Genetic Information Nondiscrimination Act (GINA)
In May 2008, President George W. Bush signed into law the Genetic Information Nondiscrimination Act (GINA). GINA protects individuals from the misuse of genetic information in health insurance and employment. All aspects of the law were in effect as of November 2009.
- GINA protects individuals from the misuse of genetic information in health insurance and employment.
- GINA was created to remove barriers to the appropriate use of genetic services by the public.
This overview provides information about the law.
GINA does not change, and should not impede, medical practice. It affects health insurers and employers, and research suggests that the law’s protections might ease concerns some patients have when considering genetic testing.
Protection GINA Provides
Under GINA group and individual health insurers cannot:
- use a person’s genetic information to set eligibility requirements or establish premium or contribution amounts
- request or require that a person undergo a genetic test
Under GINA employers cannot:
- use a person’s genetic information in decisions about hiring, firing, job assignments, or promotions
- request, require, or purchase genetic information about an employee or family member
Types of Genetic Information Protected by GINA
- family medical history
- carrier testing: i.e., cystic fibrosis, sickle cell anemia, spinal muscular atrophy, fragile X and other conditions
- prenatal genetic testing: e.g., non-invasive prenatal testing, amniocentesis, chorionic villus sampling (visit the case study on GINA and prenatal issues)
- susceptibility and predictive testing: e.g., BRCA testing for risk of breast or ovarian cancer, testing for Huntington disease, or HNPCC testing for risk of colon cancer
- analysis of tumors or other assessments of genes, mutations, or chromosomal changes
NOTE: Information about sex, age, or common blood tests such as CBC or cholesterol testing is not covered.
GINA does not provide protections against or apply to:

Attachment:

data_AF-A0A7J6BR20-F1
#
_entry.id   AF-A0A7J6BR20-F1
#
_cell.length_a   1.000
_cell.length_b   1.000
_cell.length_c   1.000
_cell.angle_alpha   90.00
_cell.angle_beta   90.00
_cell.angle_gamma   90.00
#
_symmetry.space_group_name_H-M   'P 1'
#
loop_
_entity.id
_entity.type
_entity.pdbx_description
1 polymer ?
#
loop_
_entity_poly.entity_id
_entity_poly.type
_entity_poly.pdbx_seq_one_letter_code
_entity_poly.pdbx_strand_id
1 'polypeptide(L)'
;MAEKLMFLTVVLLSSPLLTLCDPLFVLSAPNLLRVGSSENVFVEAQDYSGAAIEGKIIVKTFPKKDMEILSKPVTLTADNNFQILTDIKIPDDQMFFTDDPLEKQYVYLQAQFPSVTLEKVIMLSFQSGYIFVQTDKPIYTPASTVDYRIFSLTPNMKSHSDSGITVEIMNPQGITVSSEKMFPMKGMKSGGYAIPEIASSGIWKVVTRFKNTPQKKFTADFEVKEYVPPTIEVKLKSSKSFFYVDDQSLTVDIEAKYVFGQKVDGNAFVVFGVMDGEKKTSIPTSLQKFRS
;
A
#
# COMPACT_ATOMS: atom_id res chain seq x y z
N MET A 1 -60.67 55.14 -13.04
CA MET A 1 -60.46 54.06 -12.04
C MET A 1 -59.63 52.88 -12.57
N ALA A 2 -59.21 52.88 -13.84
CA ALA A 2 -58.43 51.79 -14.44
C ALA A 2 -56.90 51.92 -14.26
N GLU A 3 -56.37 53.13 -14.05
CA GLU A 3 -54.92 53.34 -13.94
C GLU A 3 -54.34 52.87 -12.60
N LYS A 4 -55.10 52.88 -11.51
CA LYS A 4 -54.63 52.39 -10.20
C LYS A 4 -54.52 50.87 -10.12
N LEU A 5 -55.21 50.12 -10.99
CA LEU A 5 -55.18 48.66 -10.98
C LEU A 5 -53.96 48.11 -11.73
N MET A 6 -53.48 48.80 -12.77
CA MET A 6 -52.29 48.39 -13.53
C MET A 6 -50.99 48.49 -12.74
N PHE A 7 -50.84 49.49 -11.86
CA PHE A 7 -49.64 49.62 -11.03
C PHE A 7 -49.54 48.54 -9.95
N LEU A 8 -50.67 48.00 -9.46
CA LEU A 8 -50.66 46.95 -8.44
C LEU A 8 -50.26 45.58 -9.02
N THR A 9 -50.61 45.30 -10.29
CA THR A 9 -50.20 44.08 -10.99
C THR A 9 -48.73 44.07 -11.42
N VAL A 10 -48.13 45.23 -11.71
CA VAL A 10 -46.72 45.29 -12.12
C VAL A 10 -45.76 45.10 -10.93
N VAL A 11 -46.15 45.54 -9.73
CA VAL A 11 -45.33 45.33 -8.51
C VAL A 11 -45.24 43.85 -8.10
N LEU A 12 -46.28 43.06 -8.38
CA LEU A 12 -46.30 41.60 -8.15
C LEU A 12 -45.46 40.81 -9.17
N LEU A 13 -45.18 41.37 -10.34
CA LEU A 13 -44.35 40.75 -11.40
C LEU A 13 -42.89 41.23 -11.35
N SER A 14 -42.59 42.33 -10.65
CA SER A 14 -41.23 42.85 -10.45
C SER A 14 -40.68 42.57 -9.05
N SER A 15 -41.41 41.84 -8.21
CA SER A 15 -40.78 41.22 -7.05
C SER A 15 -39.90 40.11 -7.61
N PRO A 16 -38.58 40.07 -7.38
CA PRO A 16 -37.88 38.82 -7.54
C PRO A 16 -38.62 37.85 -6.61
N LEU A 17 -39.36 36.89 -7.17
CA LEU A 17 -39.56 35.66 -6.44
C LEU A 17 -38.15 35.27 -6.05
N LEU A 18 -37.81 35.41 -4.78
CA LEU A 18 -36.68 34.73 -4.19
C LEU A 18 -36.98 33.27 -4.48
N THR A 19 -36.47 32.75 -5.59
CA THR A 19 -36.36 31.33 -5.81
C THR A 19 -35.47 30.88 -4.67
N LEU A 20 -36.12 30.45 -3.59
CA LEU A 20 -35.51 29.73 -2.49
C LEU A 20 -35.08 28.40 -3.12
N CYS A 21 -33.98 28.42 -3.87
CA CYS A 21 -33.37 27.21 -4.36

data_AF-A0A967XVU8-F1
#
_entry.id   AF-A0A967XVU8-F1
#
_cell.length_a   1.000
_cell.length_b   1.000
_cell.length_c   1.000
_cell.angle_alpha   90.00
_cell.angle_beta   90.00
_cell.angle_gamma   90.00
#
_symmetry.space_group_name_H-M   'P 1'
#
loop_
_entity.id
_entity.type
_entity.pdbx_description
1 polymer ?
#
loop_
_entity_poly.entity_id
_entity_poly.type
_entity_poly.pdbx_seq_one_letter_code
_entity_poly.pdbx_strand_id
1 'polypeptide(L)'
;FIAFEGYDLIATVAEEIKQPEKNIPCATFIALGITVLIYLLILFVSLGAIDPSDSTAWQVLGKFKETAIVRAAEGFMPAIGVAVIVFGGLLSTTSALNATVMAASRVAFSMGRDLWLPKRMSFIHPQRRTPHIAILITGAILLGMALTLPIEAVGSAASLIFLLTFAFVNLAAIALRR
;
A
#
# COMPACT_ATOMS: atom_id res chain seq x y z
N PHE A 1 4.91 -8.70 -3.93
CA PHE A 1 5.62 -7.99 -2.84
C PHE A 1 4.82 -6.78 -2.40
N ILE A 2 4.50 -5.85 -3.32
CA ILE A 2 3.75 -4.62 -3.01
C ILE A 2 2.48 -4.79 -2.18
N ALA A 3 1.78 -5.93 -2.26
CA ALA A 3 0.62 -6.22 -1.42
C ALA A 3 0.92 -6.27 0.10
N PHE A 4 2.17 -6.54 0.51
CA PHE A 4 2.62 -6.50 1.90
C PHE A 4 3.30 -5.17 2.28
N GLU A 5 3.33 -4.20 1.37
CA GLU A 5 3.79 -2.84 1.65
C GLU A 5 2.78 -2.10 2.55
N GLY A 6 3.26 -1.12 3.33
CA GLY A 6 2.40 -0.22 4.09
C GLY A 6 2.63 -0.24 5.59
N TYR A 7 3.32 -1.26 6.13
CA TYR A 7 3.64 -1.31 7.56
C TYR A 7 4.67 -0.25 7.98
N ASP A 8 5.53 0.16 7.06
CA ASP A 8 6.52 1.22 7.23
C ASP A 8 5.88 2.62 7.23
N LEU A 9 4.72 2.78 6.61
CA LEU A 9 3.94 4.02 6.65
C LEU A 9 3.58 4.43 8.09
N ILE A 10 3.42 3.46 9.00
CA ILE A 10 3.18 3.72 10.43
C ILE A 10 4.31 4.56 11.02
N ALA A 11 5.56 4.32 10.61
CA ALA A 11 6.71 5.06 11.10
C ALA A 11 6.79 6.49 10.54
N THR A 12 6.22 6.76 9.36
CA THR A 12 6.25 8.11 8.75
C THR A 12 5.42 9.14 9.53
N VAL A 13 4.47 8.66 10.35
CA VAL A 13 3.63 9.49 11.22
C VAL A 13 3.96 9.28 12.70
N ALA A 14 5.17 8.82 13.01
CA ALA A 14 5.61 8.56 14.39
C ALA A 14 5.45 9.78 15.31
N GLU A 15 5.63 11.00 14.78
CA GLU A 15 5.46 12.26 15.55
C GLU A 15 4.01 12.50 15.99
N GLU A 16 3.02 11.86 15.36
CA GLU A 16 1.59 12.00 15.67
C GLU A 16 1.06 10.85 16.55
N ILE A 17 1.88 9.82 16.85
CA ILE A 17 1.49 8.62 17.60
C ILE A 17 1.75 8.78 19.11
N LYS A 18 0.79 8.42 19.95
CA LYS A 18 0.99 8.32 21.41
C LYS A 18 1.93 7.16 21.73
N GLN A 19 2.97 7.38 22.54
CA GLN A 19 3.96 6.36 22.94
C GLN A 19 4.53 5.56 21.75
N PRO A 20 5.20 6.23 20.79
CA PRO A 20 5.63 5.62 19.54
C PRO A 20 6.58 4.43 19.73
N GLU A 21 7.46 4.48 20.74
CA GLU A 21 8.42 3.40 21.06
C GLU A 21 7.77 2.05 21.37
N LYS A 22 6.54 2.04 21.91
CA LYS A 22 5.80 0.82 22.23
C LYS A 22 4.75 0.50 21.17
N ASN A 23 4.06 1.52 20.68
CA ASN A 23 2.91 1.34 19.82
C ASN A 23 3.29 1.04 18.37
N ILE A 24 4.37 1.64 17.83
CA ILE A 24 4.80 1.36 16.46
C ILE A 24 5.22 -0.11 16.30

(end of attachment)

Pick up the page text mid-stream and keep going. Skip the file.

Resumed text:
- a condition that is already diagnosed and manifest, even if that condition is genetic (visit the case study on GINA, manifest disease, and predisposition)
- life, disability, or long-term-care insurers (as of the date listed on this document).
- information about current health status.
- employers with fewer than 15 employees.
- GINA does not protect certain groups of individuals.
Member Groups Exempt from GINA
GINA does NOT apply to:
- members of the United States military,
- veterans obtaining health care through the Veteran’s Administration
- individuals using the Indian Health Service, or
- federal employees enrolled in the Federal Employees Health Benefits program (FEHB).
These groups and programs are not covered because the laws GINA amended do not apply to them. However, the military and veterans’ health-care systems have their own policies in place that provide protections similar to those in GINA. Federal employees are likewise protected by Executive Order 13145 (2000). The National Human Genome Research Institute provides additional information about the policies pertaining to these groups.
NOTE: Insurers may still base decisions on the current health status of the patient. A positive genetic test result, in the absence of other signs and symptoms, does not constitute a diagnosed condition under GINA.
GINA regulates health insurers and employers, not health-care professionals. The law does not require that health-care professionals counsel patients about GINA. Doing so, however, might help your patients feel more comfortable about providing family history information, taking a genetic test, or participating in genetic research.
The law should not keep you from taking a comprehensive family history. It protects patients from having that information misused. (visit the case study on GINA and Family History)
Except in limited circumstances (see the note under genetic testing), health insurers and employers cannot request genetic information (including family history) from patients or from providers when obtaining medical records. Therefore, requests by health insurers and employers for a patient’s relevant medical history soon will state: “do not provide genetic information….”
GINA does not directly require health professionals to delete genetic information when providing medical records.
GINA does not compel health-care providers to order genetic tests they would not have ordered otherwise. GINA does not require health insurance to cover the cost of genetic testing or follow-up care. (visit the case study on GINA and genetic testing)
NOTE: Insurers may still insist on proof of medical necessity for a test or for treatment. In some circumstances, the medical-necessity justification may include conveying family history or other genetic information. For example, a health insurer may request family history information to assess the necessity of BRCA testing for breast and ovarian cancer.
Developed under a grant from The Pew Charitable Trusts. Copyright 2010 by Genetic Alliance, Johns Hopkins University, and the National Coalition for Health Professional Education in Genetics. The Jackson Laboratory is providing access to, maintaining, and updating the information as needed. Permission is granted under the copyright for educational, non-commercial use of these materials. All other uses require permission of the copyright holders.